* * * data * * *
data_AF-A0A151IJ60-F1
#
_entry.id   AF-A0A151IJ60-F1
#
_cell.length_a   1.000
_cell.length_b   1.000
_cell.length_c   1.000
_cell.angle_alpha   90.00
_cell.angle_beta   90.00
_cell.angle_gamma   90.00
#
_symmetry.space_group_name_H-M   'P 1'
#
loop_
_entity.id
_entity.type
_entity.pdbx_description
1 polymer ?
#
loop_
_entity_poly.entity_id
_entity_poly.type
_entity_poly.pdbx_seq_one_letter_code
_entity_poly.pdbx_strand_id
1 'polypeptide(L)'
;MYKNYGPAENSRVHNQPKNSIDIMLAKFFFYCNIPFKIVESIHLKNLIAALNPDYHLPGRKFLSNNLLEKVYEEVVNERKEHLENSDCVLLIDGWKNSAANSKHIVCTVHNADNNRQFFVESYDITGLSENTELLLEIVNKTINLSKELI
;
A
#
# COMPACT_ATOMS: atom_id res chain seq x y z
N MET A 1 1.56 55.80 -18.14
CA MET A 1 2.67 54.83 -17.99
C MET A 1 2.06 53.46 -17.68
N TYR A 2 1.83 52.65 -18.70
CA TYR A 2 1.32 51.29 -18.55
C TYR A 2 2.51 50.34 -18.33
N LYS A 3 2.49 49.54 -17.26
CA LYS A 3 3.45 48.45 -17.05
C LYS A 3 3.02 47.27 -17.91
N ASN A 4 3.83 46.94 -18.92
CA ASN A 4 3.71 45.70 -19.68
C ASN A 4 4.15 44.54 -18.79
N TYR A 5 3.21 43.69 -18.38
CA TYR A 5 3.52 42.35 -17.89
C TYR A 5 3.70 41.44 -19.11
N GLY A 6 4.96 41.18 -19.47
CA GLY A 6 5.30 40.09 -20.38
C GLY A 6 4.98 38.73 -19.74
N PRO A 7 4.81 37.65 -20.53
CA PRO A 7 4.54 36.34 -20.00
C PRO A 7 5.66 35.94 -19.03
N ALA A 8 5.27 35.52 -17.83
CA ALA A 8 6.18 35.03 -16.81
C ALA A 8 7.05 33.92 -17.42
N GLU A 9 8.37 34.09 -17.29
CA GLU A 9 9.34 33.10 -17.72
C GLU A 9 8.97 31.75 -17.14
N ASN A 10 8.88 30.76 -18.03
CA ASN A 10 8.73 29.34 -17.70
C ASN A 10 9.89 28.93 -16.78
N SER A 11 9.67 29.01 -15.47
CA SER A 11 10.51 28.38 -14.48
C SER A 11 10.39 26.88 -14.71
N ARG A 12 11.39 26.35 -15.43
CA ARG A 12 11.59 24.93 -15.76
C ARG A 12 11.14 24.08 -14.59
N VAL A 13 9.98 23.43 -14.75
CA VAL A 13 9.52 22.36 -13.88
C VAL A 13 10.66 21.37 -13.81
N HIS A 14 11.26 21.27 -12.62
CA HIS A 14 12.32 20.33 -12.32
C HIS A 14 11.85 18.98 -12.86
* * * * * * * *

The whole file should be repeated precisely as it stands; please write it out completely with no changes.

data_AF-A0A151IJ60-F1
#
_entry.id   AF-A0A151IJ60-F1
#
_cell.length_a   1.000
_cell.length_b   1.000
_cell.length_c   1.000
_cell.angle_alpha   90.00
_cell.angle_beta   90.00
_cell.angle_gamma   90.00
#
_symmetry.space_group_name_H-M   'P 1'
#
loop_
_entity.id
_entity.type
_entity.pdbx_description
1 polymer ?
#
loop_
_entity_poly.entity_id
_entity_poly.type
_entity_poly.pdbx_seq_one_letter_code
_entity_poly.pdbx_strand_id
1 'polypeptide(L)'
;MYKNYGPAENSRVHNQPKNSIDIMLAKFFFYCNIPFKIVESIHLKNLIAALNPDYHLPGRKFLSNNLLEKVYEEVVNERKEHLENSDCVLLIDGWKNSAANSKHIVCTVHNADNNRQFFVESYDITGLSENTELLLEIVNKTINLSKELI
;
A
#
# COMPACT_ATOMS: atom_id res chain seq x y z
N MET A 1 1.56 55.80 -18.14
CA MET A 1 2.67 54.83 -17.99
C MET A 1 2.06 53.46 -17.68
N TYR A 2 1.83 52.65 -18.70
CA TYR A 2 1.32 51.29 -18.55
C TYR A 2 2.51 50.34 -18.33
N LYS A 3 2.49 49.54 -17.26
CA LYS A 3 3.45 48.45 -17.05
C LYS A 3 3.02 47.27 -17.91
N ASN A 4 3.83 46.94 -18.92
CA ASN A 4 3.71 45.70 -19.68
C ASN A 4 4.15 44.54 -18.79
N TYR A 5 3.21 43.69 -18.38
CA TYR A 5 3.52 42.35 -17.89
C TYR A 5 3.70 41.44 -19.11
N GLY A 6 4.96 41.18 -19.47
CA GLY A 6 5.30 40.09 -20.38
C GLY A 6 4.98 38.73 -19.74
N PRO A 7 4.81 37.65 -20.53
CA PRO A 7 4.54 36.34 -20.00
C PRO A 7 5.66 35.94 -19.03
N ALA A 8 5.27 35.52 -17.83
CA ALA A 8 6.18 35.03 -16.81
C ALA A 8 7.05 33.92 -17.42
N GLU A 9 8.37 34.09 -17.29
CA GLU A 9 9.34 33.10 -17.72
C GLU A 9 8.97 31.75 -17.14
N ASN A 10 8.88 30.76 -18.03
CA ASN A 10 8.73 29.34 -17.70
C ASN A 10 9.89 28.93 -16.78
N SER A 11 9.67 29.01 -15.47
CA SER A 11 10.51 28.38 -14.48
C SER A 11 10.39 26.88 -14.71
N ARG A 12 11.39 26.35 -15.43
CA ARG A 12 11.59 24.93 -15.76
C ARG A 12 11.14 24.08 -14.59
N VAL A 13 9.98 23.43 -14.75
CA VAL A 13 9.52 22.36 -13.88
C VAL A 13 10.66 21.37 -13.81
N HIS A 14 11.26 21.27 -12.62
CA HIS A 14 12.32 20.33 -12.32
C HIS A 14 11.85 18.98 -12.86